The state Supreme Court today upheld the constitutionality of West Virginia’s right-to-work law, overturning a Kanawha Circuit Court ruling. Organized labor had argued that allowing non-union workers to work in union shops represents an illegal taking of union resources since the workers would be covered by any collective-bargaining agreements the union negotiates.
In a majority opinion, Justice Evan Jenkins wrote, “There simply is nothing in the Act that prevents workers from voluntarily associating with labor unions; instead, the Act operates to protect workers from being forced to associate with labor organizations they do not wish to join or fund.”
Jenkins added, “The obligation on certain labor organizations to provide collective bargaining and grievance services to non-member workers is imposed by federal law, not the Act.” Read the Supreme Court’s majority opinion here.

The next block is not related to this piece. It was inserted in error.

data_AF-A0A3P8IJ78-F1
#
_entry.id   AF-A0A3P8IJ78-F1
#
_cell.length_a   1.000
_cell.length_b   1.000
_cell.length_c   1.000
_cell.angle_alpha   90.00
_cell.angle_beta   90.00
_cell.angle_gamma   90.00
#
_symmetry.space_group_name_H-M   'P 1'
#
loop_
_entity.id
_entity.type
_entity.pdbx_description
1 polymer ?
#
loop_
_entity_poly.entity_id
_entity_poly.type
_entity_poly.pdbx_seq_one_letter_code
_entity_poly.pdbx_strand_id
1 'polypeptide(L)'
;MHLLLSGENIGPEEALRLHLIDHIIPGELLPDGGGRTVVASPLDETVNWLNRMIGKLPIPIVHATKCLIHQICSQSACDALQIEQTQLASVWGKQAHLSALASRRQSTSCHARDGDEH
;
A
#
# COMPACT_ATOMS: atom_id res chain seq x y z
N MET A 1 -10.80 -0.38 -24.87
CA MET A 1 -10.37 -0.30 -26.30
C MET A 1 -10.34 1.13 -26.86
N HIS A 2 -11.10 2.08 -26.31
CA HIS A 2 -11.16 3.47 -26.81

NFIB worked hard on behalf of its members to help pass West Virginia’s right-to-work law in 2016.
“Some people say right-to-work is anti-union, but that simply isn’t true,” said Gil White, NFIB’s state director for West Virginia. “If you want to join a union, you’re free to join a union. What right-to-work means is that you don’t have to join a union in order to get a job and support your family. It also means you can’t be fired for joining a union.”
White said being a right-to-work state makes West Virginia more competitive regionally and nationally. “Employers consider a state’s right-to-work status when deciding where to locate or expand, and attracting more jobs to West Virginia would create more opportunities for local businesses.”